About the Author

Gemma Tarlach has been writing since the age of three. Fortunately, her storytelling skills have improved with age.

Her first published fantasy piece was the short story “Black Wolf,” which appeared in Marion Zimmer Bradley’s Sword and Sorceress VI anthology (DAW, 1990) when she was still a teenager.

While continuing to write fiction on the side, Gemma spent several years working for the federal government overseas before turning to journalism. Her work has appeared in The Milwaukee Journal Sentinel, TimeOut New York, The Dallas Morning News, Rolling Stone’s Schools That Rock and numerous other publications. Gemma’s travel and lifestyle writing has been recognized by The Inland Press Association as well as The Livingston Awards for Young Journalists, which twice named her a national finalist.

Gemma traded the newsroom for the kitchen a few years ago. After graduating first in her class from The Culinary Institute of America, she has used her skills as a baker and pastry chef to travel the world, working everywhere from Antarctica, through one summer and two winter seasons, to Middle Earth, also known as the South Island of New Zealand, from the Vegas Strip to a lighthouse in Norway 200 miles north of the Arctic Circle.

Regardless of where she travels, there are two things Gemma always brings with her: her towel and the stories in her head. Her first novel, the dark historical Plaguewalker, was published by Grunaskhan Books in 2012. She is currently in the final edit of a fantasy novel, The War’s End, and its sequel, The Guardian. Look for them both in 2013, along with a short story collection.

When not writing or working at her day job, Gemma is most likely hiking, training for another triathlon, volunteering, or reading. Gemma’s favorite authors are Douglas Adams, Arnaldur Indridasen and JRR Tolkien. Her main sources of inspiration are her travels, particularly her solitary hikes in the quiet corners of the world, and the music of Azam Ali and Sigur Ros.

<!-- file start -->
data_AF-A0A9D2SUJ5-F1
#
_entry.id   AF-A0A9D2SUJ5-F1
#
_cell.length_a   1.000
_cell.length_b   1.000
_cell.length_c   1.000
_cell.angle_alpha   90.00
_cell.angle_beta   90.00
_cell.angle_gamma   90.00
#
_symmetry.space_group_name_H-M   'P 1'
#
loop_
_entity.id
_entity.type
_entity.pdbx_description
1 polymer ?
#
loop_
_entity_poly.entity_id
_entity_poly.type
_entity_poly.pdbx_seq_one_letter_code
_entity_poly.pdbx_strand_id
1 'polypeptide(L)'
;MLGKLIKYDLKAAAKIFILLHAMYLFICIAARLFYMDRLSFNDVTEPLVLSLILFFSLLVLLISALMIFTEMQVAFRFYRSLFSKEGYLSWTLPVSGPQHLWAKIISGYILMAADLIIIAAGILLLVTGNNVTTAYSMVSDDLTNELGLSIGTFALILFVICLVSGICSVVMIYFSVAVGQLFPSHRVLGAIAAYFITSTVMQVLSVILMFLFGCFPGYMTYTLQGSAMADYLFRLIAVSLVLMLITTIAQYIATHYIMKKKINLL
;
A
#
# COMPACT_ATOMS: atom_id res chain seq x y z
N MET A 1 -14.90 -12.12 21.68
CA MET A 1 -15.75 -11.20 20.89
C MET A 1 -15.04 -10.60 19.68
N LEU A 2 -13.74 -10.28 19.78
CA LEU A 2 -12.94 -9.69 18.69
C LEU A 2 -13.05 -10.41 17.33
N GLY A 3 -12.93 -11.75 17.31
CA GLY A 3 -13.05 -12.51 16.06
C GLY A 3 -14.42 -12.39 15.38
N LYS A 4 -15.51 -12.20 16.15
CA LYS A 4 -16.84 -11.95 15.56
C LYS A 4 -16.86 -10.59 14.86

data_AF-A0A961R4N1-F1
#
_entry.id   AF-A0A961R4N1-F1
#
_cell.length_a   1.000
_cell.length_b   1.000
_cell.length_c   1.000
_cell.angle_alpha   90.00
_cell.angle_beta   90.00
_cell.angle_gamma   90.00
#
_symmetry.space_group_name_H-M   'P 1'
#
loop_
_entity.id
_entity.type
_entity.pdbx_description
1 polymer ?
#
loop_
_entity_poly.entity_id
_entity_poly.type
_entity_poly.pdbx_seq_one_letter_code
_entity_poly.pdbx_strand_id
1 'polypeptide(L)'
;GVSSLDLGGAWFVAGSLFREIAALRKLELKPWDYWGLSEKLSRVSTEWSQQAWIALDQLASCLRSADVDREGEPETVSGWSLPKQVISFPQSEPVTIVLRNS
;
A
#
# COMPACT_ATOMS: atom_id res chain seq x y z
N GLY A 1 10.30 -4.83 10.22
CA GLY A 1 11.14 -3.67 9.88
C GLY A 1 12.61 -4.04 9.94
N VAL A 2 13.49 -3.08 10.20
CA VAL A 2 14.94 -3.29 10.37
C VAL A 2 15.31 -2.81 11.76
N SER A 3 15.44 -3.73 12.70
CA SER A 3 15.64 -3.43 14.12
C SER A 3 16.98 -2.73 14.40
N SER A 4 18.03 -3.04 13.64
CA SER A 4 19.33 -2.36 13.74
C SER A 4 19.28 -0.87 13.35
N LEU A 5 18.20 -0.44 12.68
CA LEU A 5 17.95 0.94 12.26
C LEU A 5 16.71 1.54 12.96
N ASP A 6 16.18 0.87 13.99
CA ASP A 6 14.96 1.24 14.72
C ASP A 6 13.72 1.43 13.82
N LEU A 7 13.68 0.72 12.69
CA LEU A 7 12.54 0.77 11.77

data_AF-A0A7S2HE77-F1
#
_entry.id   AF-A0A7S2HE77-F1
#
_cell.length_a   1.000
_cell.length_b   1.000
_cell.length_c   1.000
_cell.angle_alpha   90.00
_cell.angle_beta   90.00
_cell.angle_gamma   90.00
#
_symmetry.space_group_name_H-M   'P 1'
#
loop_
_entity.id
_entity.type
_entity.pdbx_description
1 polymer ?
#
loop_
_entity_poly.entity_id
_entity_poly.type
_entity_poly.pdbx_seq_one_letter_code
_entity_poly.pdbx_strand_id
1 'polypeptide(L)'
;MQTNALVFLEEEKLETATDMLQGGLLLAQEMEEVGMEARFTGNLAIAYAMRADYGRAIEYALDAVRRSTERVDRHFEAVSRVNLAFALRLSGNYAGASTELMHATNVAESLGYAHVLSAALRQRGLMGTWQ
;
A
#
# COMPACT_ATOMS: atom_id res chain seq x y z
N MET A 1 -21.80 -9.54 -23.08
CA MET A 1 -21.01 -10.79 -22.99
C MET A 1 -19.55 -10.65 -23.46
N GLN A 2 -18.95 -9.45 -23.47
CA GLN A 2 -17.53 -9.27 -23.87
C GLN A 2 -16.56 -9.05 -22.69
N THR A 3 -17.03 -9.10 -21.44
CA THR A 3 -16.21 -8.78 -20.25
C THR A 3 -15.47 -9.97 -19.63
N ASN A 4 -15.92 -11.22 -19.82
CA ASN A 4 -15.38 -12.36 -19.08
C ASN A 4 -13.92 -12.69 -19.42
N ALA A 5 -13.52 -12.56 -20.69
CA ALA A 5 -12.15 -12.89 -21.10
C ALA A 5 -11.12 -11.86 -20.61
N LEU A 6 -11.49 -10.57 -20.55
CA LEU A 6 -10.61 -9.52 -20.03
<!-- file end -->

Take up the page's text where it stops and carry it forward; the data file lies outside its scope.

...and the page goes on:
Hiking Mt. Ruapehu, North Island of New Zealand, April 2010

7 responses

26 08 2011
Audrey Duess

Just found you! What a treat!

13 11 2011
Jon bank


28 06 2012
Mark J. P. Wolf

Hi Gemma,

i have enjoyed reading your Journal/Sentinel articles, and particularly the most recent on Antarctica… I am an academic putting together an anthology entitled Video Games Around the World, and have been trying to get information on the use of video games in Antarctica, just for the sake of completeness. Even a few paragraphs would be great, and of course they would be credited. Would you, or someone you know, be able to write a bit on the topic? Thanks,

Mark J. P. Wolf
Communication Department
Concordia University Wisconsin

21 08 2012

Hi Jemma! I’ve enjoyed discovering your work just now. This is Beth from our A-100 class. I am organizing a 20 year reunion and would love to send you details. You can email me at travelbackroad@aol.com.

13 03 2013

I did some research (fancy that!) and found you here. My! So you DID spend a long time in Antarctica. Way cool. I’ll travel around the site and read up.

7 08 2016
Carol Garland

I am a 64 year old woman who has struggled with a learning disability since childhood, that makes it difficult to read. Add to that a mild head injury in an auto accident in my 40’s, I read maybe 5 books a year. But today I was captivated by your article ‘Tenacious To The Bone’. I found myself excited by your descriptions of Nizar Ibrahim’s passionate study and research of the Spinosaurus in the Sahara Desert and I just had to read more.

Just a simple thank you for writing such a fascinating article.

10 08 2016

Thank you, Carol, and my apologies for not replying sooner. I check this site rarely due to my work obligations. But I’m delighted to hear you enjoyed my article! Thanks for letting me know 🙂

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